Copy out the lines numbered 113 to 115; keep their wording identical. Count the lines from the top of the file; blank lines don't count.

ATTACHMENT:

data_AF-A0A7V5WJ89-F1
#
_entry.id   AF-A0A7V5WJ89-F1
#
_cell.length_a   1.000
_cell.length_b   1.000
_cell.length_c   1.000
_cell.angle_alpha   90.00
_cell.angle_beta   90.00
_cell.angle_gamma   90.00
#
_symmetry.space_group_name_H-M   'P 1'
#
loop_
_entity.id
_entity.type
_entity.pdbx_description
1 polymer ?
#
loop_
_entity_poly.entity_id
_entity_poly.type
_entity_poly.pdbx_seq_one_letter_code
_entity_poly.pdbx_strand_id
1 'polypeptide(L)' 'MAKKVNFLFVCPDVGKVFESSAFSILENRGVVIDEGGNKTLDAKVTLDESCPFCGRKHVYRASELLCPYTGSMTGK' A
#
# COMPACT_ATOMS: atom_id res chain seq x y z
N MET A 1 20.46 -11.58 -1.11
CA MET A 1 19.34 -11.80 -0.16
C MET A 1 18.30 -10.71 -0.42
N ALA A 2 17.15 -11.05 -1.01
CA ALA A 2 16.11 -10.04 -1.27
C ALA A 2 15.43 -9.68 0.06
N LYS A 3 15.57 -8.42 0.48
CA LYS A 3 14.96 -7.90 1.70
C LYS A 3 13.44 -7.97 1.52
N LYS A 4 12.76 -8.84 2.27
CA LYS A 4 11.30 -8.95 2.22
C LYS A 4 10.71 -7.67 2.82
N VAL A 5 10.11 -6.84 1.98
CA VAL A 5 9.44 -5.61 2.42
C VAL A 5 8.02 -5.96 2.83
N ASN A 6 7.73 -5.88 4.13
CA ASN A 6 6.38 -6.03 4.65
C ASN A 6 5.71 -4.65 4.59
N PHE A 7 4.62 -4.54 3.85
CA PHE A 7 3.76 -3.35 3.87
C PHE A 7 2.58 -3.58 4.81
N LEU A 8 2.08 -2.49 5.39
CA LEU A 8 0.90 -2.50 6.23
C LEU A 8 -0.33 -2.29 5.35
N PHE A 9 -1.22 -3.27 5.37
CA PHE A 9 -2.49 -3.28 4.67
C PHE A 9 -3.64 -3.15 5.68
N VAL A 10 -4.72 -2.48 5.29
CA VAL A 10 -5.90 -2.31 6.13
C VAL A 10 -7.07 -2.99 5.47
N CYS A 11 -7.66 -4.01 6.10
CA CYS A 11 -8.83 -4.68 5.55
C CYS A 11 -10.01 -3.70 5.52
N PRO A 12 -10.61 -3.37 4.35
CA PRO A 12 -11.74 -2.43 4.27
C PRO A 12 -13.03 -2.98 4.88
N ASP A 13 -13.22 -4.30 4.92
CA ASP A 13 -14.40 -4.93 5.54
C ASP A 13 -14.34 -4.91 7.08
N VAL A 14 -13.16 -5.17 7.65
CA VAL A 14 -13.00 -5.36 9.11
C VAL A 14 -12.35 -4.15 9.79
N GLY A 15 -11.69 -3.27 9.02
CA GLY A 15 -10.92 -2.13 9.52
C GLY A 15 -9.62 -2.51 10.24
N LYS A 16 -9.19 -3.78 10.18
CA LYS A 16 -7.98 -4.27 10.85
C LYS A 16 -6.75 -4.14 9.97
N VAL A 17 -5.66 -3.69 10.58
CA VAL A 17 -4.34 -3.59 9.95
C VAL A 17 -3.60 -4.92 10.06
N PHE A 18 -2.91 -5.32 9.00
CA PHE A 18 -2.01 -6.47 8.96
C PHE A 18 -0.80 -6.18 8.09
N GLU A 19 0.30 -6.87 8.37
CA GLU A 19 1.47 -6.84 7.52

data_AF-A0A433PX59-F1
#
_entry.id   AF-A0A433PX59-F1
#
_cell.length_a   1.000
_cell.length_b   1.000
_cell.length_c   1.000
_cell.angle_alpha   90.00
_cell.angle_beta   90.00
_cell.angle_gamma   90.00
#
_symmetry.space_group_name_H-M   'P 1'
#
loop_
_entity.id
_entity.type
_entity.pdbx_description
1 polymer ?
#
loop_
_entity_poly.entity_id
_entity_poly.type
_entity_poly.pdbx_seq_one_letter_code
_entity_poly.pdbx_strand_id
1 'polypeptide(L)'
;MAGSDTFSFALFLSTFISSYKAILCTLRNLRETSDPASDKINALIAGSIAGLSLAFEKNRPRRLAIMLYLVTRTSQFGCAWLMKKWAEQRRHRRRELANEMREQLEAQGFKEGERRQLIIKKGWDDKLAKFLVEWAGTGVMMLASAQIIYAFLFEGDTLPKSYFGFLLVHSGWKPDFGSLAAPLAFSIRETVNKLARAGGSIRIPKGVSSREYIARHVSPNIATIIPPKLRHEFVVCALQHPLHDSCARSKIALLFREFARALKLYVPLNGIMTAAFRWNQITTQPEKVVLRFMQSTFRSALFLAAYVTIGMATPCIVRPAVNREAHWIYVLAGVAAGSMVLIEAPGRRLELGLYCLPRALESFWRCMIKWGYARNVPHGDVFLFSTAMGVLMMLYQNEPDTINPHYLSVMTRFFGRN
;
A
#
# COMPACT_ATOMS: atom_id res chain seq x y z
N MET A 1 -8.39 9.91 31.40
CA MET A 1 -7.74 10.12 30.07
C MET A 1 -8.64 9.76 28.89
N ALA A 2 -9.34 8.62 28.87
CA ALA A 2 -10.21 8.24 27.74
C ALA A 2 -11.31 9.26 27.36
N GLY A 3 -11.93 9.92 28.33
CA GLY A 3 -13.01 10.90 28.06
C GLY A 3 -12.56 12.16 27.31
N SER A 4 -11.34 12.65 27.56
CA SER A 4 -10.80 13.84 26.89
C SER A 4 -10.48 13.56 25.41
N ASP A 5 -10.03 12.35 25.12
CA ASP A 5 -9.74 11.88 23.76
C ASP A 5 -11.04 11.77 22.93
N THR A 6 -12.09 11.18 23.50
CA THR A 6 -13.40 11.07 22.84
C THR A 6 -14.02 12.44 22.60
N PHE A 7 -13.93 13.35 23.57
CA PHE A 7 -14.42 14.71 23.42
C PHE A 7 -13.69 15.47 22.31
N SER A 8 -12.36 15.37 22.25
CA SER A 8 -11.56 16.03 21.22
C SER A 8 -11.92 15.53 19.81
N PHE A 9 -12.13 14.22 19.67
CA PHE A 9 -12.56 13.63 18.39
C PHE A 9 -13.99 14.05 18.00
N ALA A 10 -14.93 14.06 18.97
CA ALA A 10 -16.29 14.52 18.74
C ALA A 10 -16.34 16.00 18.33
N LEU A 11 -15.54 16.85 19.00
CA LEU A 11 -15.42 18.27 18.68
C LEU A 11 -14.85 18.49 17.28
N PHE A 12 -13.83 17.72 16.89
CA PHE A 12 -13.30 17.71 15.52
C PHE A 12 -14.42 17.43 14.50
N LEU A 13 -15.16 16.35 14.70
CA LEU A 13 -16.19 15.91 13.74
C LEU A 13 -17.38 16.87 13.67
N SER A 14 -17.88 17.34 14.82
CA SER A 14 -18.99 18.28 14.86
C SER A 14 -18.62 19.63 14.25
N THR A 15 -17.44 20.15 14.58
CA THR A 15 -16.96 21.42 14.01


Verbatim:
# COMPACT_ATOMS: atom_id res chain seq x y z
N MET A 1 -8.39 9.91 31.40
CA MET A 1 -7.74 10.12 30.07